I often speak to people looking for careers advice who complain that they can’t find a job because they are too old; rather alarmingly some of these people are in their forties.
Like many people, I’ve always assumed that as you get older, it gets harder to find a job. However, my perception of the job market has been turned on its head this week with a report compiled by Citi which shows that the largest growth in employment is actually in the over-50s age group.
It seems that employers really do value the experience and stability ofolder employees. Figures from the Office for National Statisticsshow that 93pc of the jobs increase in the last 10 years has been among the over-50s – a rise of 1.5m people. In contrast, employment for those under 50 has only increased by 0.6pc – or 120,000 jobs – in the last decade.
These figures do seem to be very good news for job seekers in the over 50 age bracket. Nevertheless, there’s still plenty of anecdotal evidence to suggest that there are agencies and employers out there that discriminate against older workers and for the many job hunters in their fifties who are really struggling to find a job. In this very tough labour market these statistics will be cold comfort.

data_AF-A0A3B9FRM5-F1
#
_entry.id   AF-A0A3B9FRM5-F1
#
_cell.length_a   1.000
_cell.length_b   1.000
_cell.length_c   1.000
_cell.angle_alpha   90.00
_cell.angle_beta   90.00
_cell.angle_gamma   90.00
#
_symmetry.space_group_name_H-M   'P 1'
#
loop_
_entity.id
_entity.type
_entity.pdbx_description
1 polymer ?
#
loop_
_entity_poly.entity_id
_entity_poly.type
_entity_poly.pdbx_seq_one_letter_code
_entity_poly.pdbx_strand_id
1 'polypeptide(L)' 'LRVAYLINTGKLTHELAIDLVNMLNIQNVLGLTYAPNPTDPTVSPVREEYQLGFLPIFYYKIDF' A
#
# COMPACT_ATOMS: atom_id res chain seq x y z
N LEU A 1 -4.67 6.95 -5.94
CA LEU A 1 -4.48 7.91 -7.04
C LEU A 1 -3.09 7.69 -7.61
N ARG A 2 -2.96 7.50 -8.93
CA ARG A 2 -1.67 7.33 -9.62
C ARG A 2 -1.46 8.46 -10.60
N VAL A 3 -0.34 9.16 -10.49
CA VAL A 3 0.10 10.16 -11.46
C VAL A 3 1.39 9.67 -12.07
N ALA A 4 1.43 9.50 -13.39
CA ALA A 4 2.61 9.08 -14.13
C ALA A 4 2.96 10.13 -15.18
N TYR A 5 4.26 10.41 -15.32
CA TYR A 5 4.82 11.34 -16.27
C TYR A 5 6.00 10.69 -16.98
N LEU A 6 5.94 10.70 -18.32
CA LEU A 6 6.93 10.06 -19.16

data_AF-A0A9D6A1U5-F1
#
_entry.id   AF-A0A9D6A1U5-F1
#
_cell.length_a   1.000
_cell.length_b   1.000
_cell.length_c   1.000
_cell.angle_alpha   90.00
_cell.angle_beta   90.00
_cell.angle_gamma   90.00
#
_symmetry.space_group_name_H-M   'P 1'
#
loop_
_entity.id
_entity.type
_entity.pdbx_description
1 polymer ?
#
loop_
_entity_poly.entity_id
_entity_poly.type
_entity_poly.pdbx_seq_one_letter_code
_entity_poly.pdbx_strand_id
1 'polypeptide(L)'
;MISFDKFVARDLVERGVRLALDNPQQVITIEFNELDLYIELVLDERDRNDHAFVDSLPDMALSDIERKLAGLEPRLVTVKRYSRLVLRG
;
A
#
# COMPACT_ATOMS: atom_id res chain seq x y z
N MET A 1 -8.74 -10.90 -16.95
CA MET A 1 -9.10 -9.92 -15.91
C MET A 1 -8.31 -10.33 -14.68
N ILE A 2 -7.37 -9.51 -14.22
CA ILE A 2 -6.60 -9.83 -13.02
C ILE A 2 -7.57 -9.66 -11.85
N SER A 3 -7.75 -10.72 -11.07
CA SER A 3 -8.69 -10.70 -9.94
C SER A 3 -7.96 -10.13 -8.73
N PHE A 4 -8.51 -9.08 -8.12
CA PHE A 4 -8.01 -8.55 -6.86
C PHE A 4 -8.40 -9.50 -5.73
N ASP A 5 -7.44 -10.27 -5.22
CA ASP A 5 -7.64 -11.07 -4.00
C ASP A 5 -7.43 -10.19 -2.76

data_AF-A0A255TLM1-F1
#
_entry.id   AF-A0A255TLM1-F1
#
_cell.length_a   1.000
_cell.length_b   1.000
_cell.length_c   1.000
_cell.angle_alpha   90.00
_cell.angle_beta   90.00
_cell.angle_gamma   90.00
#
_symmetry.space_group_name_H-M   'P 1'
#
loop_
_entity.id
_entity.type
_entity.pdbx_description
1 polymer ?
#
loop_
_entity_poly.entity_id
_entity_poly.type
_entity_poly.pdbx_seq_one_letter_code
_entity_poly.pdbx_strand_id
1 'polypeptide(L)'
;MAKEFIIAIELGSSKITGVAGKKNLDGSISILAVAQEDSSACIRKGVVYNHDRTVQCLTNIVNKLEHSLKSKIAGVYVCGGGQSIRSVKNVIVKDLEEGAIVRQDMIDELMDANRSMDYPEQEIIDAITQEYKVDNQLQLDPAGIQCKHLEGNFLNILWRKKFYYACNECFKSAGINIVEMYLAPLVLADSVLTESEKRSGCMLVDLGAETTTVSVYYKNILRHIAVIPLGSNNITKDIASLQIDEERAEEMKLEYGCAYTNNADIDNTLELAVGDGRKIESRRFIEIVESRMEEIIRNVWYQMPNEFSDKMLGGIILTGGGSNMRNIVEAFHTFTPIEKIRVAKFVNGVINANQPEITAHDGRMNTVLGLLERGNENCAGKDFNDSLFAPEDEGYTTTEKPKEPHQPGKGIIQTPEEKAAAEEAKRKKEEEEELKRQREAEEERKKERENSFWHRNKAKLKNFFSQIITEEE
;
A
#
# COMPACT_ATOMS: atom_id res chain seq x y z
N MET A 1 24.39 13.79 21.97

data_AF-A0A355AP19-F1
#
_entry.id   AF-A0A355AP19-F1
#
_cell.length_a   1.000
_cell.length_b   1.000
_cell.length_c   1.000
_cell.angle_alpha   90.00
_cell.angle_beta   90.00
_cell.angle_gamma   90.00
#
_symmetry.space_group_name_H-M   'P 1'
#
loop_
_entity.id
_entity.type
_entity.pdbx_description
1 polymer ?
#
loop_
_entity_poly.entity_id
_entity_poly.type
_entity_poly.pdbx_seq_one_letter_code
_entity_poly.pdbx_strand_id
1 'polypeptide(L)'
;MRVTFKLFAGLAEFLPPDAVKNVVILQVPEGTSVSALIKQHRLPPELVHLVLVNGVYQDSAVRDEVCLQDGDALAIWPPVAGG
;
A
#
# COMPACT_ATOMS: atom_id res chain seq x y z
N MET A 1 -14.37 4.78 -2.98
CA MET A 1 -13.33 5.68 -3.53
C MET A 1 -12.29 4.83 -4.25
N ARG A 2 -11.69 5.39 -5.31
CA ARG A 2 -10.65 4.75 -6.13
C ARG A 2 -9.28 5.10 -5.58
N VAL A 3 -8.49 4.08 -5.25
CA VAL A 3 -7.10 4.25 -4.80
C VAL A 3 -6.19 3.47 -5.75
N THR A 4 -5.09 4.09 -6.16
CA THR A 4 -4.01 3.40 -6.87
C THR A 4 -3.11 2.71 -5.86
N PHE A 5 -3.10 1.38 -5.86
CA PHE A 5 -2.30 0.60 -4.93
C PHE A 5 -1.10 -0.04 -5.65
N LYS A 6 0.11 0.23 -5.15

But do remember that rejection is not always about age and while some job hunters will feel that that they have faced discrimination, I believe that this is still the exception.
I regularly hear from employers (and recruitment agencies) who genuinely do respect age and experience. I recently spoke to a project manager who is 68 and has absolutely no intention of retiring. He’s just completed a six-month contract installing a state-of-the-art data centre for an investment bank; he is clearly hugely experienced, loves his work and is still full of energy. Why wouldn’t an employer snap up someone like that?
If you are concerned about age discrimination then have a look at thisexcellent advice on how to maximise your chances of finding work when you are over 50, compiled by a number of industry experts, good advice and well worth reading.
Remember the law says that you do not need to state your age on a CV or provide that information at interviews.
You are sometimes asked to provide your date of birth on job application forms for statistical purposes and in fact many enlightened employers are now using forms which state that all of the “personal data” including age, ethnicity, marital status and even your name are actually separated from the job application.
Recruiters then shortlist purely on the basis of your experience and cannot be influenced by any of these personal factors.
With the exception of a few jobs where age can be a legitimate reason to exclude older candidates (i.e. commercial pilots) there is no reason why you can’t keep working for as long as you wish. Don’t assume that employers will discriminate, some do but there’s now clear evidence to show that many don’t.